The purpose of this manuscript is to describe what we believe to be the first series of patients surgically treated for idiopathic isolated teres minor atrophy and to present the results of surgical decompression of the nerve to the teres minor.

This is a retrospective cohort of 22 patients who underwent decompression of the nerve to the teres minor for isolated teres minor atrophy. Clinical data including duration of symptoms, additional diagnoses, concurrent procedures, preoperative physical examination findings, imaging data, and preoperative visual analog scale (VAS), Simple Shoulder Test (SST), and American Shoulder and Elbow Surgeons (ASES) scores were collected from the medical record. Postoperative patient-based clinical outcome measures including VAS, SST, and ASES scores were obtained during clinical examination or by telephone interview.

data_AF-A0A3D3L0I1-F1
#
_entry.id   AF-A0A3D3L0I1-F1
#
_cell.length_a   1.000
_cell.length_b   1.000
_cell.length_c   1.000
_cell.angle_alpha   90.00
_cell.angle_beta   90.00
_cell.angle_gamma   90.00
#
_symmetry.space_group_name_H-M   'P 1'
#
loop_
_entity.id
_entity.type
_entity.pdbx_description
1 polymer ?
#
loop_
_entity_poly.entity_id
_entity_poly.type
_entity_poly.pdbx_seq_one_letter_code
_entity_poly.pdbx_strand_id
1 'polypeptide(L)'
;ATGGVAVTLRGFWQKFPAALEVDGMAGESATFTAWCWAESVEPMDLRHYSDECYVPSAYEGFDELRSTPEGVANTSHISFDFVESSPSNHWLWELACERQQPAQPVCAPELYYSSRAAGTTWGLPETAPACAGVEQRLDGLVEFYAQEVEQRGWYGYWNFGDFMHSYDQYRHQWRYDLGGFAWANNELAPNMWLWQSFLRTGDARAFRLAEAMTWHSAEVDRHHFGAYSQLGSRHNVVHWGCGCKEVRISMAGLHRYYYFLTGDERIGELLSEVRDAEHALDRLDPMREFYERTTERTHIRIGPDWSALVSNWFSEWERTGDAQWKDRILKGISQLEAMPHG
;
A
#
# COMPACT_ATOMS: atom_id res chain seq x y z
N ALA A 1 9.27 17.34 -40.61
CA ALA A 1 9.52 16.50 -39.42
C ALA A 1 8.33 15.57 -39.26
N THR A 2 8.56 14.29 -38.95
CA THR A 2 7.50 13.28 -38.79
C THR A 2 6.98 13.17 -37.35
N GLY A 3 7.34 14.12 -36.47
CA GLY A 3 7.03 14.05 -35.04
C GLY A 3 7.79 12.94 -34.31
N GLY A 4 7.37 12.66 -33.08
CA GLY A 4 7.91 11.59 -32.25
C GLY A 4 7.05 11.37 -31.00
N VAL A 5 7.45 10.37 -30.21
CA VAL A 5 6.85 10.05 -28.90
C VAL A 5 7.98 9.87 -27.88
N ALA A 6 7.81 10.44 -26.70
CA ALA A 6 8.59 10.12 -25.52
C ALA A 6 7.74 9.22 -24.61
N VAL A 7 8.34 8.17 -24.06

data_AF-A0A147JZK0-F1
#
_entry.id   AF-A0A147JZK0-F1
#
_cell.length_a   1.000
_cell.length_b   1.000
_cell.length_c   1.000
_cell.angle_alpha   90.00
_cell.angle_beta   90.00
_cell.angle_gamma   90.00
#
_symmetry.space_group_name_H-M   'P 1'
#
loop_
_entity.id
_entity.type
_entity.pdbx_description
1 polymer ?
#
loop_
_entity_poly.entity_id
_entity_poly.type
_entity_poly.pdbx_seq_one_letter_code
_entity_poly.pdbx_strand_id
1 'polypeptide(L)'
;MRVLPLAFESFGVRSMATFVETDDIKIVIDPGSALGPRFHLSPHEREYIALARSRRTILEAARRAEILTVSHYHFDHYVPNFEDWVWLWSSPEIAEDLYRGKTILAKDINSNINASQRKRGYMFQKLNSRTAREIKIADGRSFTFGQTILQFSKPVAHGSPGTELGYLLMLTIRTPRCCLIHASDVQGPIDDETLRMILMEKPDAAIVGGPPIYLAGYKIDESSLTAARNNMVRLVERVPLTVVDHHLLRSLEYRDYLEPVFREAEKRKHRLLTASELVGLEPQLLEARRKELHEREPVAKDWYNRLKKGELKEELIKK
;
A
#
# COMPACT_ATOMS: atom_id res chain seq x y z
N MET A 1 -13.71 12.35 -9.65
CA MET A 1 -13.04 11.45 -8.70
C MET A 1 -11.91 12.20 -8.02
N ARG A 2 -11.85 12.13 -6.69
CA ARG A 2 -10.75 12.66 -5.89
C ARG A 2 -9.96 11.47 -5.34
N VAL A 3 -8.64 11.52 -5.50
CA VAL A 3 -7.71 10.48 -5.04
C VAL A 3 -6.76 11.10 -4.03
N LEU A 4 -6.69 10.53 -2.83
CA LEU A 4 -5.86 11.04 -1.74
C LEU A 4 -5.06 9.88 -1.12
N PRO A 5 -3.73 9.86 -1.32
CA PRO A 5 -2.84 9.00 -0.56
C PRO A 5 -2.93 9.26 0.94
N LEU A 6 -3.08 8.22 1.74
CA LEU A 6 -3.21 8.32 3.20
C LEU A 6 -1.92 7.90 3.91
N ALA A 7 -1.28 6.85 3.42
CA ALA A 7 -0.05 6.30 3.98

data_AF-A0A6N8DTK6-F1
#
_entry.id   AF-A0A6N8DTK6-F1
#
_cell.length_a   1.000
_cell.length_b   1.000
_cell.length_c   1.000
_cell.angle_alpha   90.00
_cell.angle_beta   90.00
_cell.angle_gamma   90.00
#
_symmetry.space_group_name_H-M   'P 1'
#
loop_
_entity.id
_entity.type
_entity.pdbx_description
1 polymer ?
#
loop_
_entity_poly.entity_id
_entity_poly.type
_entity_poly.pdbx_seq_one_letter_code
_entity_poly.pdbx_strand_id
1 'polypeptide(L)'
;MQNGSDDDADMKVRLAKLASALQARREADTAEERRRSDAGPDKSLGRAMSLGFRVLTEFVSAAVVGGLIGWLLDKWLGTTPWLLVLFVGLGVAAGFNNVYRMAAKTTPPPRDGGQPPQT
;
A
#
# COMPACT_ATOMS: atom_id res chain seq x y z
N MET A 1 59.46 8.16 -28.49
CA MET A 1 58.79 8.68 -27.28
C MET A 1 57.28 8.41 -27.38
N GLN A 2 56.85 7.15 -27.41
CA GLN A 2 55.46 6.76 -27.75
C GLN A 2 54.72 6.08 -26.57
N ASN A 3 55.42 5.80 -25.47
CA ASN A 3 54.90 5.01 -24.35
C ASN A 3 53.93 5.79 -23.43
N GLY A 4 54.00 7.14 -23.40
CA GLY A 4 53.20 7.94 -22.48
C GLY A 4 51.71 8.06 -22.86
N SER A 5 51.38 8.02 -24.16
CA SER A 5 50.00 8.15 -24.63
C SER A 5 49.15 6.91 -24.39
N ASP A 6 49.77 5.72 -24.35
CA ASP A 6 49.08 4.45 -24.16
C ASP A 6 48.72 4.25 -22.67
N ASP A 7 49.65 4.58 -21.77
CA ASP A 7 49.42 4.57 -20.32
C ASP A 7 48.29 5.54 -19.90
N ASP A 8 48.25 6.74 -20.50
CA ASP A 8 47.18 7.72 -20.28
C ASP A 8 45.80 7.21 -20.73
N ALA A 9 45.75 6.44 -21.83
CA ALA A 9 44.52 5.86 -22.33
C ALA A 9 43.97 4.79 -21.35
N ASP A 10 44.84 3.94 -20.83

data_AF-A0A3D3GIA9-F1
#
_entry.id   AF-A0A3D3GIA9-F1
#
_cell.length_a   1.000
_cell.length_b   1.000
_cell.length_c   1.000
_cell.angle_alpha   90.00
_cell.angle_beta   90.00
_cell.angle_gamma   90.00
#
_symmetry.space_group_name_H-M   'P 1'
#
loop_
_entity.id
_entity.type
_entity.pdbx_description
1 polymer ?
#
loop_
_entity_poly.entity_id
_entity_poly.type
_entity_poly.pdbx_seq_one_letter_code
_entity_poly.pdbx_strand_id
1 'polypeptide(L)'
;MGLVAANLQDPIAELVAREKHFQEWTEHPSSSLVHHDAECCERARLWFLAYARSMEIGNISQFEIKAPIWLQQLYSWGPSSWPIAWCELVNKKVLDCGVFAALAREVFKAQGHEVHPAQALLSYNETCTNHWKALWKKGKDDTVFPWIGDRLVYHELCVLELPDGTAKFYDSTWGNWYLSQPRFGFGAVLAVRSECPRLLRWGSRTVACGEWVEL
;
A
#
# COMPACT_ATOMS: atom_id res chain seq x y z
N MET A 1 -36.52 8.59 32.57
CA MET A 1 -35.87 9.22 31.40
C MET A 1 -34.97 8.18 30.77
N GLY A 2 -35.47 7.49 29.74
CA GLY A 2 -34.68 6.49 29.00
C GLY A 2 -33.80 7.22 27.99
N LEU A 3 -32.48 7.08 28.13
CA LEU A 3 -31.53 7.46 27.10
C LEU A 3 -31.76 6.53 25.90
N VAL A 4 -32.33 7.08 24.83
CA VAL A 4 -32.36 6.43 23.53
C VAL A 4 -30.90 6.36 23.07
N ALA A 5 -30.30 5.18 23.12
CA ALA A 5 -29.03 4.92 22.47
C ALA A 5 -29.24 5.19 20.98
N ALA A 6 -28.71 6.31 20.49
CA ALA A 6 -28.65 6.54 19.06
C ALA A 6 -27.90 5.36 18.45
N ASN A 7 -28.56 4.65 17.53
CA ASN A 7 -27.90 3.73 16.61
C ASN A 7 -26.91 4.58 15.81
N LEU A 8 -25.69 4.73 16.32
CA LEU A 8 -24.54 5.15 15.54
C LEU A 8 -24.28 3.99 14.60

Average length of follow-up was 26 months. Nine patients had concurrent procedures performed. Preoperatively, 12 of 14 (86%) had external rotation weakness in Hornblower's position. Postoperatively, pain scores decreased an average of 4 points; ASES scores increased 31.7 ± 20.2 points; SST scores increased 3.1 ± 2.3 points. No external rotation weakness was noted postoperatively in any tested patient. Two patients developed adhesive capsulitis. No other complications occurred.

Isolated compression of the nerve to the teres minor is a rare and novel clinical entity. In properly selected cases, open release of the fascial sling enveloping the nerve branches to the teres minor can provide relief of symptoms and clinical improvement.